Rivian In Talks With GM & Amazon For Billion-Dollar Truck Investment Deal

FEB 12 2019 BY ERIC LOVEDAY 73

See! We told you electric pickup trucks were hot.

And no make is hotter right now than Rivian with its R1T electric truck and R1S SUV.

The electric pickup truck maker will get a huge boost if this deal involving both Amazon and General Motors goes through. One of the biggest concerns with these startup automakers is a lack of support and funding. Not only would Rivian benefit immensely from having a major, legacy automaker on its team, but Amazon’s finances and resources could make this deal even more outstanding.

As Reuters exclusively reports:

Amazon.com Inc and General Motors Co are in talks to invest in Rivian Automotive LLC in a deal that would value the U.S. electric pickup truck manufacturer at between $1 billion (775 million pounds) and $2 billion.

GM is no stranger to electric and electric trucks. It offered an electric pickup back in the 90s, but that was then and this is now. More recently, GM hinted at a full-size electric truck, but it didn’t provide a timeframe. This deal could speed up the development of new Chevy and GMC electric pickup trucks as well.

For Amazon, this could be some sort of delivery vehicle idea, or perhaps just a strategic investment to make money. On the other hand, Amazon could apply its sales and marketing prowess to the situation. Not to mention its dominating online presence, well-known user platform, and multitude of physical locations and employees.

As for Rivian, the electric automaker is believed to be well funded already, but this is billions and that’s a ton of money to assist with production and development of future electric adventure vehicles. CEO RJ Scaringe has reminded in several recent interviews that it takes a massive amount of money to get a new automaker off the ground and producing. This deal could be the ticket, and if it all pans out, it could be truly incredible as far as partnerships go.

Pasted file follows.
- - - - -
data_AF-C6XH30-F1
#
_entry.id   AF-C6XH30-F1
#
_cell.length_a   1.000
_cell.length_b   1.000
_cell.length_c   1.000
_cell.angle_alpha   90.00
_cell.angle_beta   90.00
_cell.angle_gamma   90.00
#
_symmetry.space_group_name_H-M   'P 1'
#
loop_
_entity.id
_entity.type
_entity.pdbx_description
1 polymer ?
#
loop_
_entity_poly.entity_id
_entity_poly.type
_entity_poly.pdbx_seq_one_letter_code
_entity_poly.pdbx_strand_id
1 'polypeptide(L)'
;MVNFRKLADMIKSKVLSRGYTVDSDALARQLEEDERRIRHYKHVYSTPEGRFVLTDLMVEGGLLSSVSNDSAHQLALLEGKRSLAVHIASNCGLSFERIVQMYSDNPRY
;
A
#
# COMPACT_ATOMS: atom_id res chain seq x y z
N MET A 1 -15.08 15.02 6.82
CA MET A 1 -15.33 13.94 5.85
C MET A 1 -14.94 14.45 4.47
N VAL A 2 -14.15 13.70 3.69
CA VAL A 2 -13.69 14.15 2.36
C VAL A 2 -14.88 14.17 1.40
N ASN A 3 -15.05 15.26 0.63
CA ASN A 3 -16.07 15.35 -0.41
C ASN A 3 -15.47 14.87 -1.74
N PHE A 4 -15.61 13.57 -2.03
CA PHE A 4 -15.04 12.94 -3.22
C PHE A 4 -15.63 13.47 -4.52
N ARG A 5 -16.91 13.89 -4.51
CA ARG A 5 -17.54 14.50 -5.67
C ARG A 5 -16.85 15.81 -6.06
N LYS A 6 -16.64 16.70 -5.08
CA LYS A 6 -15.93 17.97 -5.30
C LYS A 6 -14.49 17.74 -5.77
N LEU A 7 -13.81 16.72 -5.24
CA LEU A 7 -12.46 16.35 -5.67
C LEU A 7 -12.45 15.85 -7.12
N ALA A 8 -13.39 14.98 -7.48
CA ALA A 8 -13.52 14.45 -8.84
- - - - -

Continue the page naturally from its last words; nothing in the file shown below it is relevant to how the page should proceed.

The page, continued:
Reuters reached out for comment. GM issued this statement:

“We admire Rivian’s contribution to a future of zero emissions and an all-electric future.”

But Amazon and Rivian did not immediately respond to requests for comment.

Just this morning, there were unsubstantiated reports of a potential deal between Tesla and GM, which have since been proven false. However, this report by Reuters seems more realistic and plausible. The fact that GM responded to a request for comment is compelling, though it’s clear the automaker didn’t want to reveal any details at this point.

Developing story…

This could be a game-changer for Rivian, and so we’ve started a thread to discuss it in depth on the InsideEVs Forum. Come join us!

Source: Reuters

Categories: Rivian, Trucks

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73 Comments on "Rivian In Talks With GM & Amazon For Billion-Dollar Truck Investment Deal"

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Considering there was a rumor published last night about GM and Tesla hooking up for a EV pickup truck, this news with Rivian is definitely a “compelxifier”.

I personally think the Tesla – GM story is BS. This makes so much more sense.

A site desperate for clicks.

Yet here you are, ironic as always.

I was talking about cleantecnica, moron.
Seems like my original comment was edited.

He’s a “moron” because he responded to what you actually said?

Well, there appears to be a moron in the discussion here, all right…

When we saw that GM-Tesla story this morning, the writing staff was extremely skeptical…

Turns out that we were right to think it was crazy, since Tesla flatly denied it. (Although as a fan of GM and Tesla electrics… having them team up would be amazing. )

The Rivian story is far more credible. GM did not deny it, and it looks likely that Cleantechnicas source might have gotten their electric automakers crossed!

Tesla != Rivian. XD

i would be surprised if GM did not end up simply buying Rivian.

If the deal “values Rivian at between $1B and $2B”, then it isn’t a lot of extra cash going in. Pretty good investment though. Based on Wiki, they had previously raised $450MM, and have 700 employees. This sounds like maybe $200MM cash for a ~10% stake.